Ranulph Fiennes pulls out of 'coldest journey on earth' due to frostbite
RANULPH Fiennes has been forced to pull out of a 2,000-mile trek across Antarctica, known as 'the coldest journey on earth', after suffering severe frostbite
The explorer, 68, and his team were attempting to become the first human beings to walk across the frozen land in winter.
But during a training exercise at a base camp in Antarctica, Fiennes suffered a fall and attempted to fix a broken ski binding in -30C temperatures using his bare hands.
He is now stuck in the freezing temperatures as his evacuation to South Africa is being hampered by blizzard conditions.
His team are raising money for Seeing is Believing, a charity which tackles avoidable blindness.
In a statement, the charity said: "The condition is such that he has very reluctantly decided with the support of the team doctor and in the interests of the success of the expedition and its associated aims, to withdraw from Antarctica while the possibility to do so still exists, before the onset of the Antarctic winter.
"This decision has not been taken lightly and it is, naturally, a bitter blow to Fiennes and his colleagues."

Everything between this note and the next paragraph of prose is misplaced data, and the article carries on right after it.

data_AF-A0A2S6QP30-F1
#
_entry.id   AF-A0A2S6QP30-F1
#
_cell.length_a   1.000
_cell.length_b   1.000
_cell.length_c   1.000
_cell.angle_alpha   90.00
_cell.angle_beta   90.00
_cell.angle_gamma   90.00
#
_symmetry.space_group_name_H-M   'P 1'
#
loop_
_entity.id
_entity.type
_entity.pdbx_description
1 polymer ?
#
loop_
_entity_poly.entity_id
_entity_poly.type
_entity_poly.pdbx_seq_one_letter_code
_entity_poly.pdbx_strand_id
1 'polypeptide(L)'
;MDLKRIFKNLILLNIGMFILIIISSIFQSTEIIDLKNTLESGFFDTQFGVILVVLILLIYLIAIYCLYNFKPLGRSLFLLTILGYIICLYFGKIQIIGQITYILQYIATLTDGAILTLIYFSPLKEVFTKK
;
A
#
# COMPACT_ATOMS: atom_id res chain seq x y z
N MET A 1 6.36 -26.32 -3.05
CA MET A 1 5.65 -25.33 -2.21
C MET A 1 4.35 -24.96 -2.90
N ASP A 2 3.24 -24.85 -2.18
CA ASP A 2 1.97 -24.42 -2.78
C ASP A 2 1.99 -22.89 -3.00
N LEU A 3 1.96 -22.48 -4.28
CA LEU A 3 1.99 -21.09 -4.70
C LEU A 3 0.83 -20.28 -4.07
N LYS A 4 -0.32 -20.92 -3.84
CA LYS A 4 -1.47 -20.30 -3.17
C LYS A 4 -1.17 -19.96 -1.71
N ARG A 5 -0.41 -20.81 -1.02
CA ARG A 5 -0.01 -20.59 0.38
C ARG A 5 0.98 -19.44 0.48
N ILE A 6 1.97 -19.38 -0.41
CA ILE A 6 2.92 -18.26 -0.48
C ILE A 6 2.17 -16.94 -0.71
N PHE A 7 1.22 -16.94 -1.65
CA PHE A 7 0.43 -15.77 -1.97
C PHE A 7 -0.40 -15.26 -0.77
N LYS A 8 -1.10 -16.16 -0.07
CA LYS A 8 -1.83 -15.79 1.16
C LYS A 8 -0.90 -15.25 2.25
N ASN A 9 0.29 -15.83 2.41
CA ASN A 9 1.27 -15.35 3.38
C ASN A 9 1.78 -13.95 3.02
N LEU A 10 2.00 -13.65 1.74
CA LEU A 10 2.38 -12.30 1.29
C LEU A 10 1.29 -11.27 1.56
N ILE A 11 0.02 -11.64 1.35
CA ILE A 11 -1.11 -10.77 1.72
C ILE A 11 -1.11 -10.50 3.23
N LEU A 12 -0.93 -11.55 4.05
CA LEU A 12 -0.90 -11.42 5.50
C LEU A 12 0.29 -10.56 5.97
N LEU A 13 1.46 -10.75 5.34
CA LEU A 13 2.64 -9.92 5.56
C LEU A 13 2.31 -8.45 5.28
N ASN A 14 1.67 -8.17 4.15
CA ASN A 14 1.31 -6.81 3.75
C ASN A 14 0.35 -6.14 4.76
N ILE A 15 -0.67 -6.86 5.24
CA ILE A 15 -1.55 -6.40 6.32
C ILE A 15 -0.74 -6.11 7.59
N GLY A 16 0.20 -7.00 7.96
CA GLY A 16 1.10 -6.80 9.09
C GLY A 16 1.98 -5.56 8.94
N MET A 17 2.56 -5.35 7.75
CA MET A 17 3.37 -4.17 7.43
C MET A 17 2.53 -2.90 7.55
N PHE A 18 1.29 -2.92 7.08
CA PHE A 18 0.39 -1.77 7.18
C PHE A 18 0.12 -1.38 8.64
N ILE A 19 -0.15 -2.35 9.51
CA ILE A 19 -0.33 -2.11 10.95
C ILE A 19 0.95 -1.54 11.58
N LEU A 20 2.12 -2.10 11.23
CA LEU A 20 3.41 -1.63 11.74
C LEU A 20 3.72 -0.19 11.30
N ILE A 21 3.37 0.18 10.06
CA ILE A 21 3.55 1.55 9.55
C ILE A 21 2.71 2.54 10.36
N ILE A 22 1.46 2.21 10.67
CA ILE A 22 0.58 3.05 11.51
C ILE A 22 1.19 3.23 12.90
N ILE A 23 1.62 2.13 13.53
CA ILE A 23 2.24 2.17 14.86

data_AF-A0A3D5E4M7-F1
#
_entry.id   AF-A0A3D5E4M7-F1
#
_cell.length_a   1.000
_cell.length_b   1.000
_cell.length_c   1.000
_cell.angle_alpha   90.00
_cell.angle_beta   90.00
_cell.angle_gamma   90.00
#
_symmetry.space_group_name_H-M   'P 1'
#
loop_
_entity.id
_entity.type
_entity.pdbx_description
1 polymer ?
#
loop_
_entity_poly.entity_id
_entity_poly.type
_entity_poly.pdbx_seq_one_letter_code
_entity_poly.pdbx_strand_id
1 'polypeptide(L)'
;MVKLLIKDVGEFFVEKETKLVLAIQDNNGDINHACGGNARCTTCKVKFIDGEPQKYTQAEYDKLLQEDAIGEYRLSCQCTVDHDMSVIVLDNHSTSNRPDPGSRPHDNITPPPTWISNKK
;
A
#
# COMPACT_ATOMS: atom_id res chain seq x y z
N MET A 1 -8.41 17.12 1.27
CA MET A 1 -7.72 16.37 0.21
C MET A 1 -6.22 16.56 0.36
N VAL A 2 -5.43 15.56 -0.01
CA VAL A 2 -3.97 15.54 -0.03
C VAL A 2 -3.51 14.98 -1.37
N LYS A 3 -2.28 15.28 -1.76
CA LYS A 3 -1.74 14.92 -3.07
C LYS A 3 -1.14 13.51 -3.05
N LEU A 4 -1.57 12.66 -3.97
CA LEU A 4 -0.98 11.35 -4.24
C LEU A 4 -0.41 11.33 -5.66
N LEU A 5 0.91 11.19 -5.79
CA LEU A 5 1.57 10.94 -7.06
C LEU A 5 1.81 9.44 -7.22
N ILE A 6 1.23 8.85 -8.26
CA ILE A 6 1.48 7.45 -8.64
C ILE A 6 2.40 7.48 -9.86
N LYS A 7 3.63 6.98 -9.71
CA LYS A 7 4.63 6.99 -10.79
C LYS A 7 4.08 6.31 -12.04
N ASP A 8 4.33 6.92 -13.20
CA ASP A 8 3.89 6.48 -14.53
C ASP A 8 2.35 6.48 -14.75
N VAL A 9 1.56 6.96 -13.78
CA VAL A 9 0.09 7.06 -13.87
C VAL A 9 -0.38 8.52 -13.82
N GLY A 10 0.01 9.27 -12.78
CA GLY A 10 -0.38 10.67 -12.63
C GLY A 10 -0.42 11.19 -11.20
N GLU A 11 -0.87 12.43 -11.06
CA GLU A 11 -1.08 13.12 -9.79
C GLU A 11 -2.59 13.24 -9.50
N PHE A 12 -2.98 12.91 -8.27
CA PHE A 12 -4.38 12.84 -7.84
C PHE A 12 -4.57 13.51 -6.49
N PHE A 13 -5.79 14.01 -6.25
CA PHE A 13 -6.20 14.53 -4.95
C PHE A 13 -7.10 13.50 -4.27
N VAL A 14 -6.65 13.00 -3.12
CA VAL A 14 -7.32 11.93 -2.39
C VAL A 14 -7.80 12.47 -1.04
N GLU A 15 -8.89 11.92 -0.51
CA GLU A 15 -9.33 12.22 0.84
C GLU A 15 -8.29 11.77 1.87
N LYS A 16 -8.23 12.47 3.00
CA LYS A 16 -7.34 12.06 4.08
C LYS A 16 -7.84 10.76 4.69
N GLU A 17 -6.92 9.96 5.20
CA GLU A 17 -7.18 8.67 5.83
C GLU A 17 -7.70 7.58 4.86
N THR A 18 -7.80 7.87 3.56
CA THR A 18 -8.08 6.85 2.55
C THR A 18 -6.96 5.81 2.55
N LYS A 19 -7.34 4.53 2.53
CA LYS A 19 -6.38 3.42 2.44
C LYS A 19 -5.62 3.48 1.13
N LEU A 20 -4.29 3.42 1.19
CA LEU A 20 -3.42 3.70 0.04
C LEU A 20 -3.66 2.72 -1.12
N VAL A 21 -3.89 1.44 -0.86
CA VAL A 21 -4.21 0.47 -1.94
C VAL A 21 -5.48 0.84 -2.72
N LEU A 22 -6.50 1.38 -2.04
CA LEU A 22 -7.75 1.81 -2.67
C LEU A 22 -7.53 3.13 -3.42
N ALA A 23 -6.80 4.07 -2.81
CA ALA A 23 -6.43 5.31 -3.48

Fiennes will be transported by skidoo to the Princess Elisabeth Station, approximately 70km away from his current location. From there he will fly to Novo and then on to Cape Town.
However, his rescue is currently being hampered by the weather.
"This plan is currently being hampered due to a blizzard at their present location which is making the first stage of the evacuation impossible. Until there is a let up in the weather conditions, Fiennes will be unable to leave," the charity's statement said.
The team will face some of the harshest conditions on earth as they continue their journey. Temperatures can drop close to -90Cand there is near permanent darkness.
The trek is due to begin on 21 March, the start of winter in Antarctica, and is expected to take six months.
In 2009 Fiennes became the oldest person to reach the summit of Mount Everest, aged 65.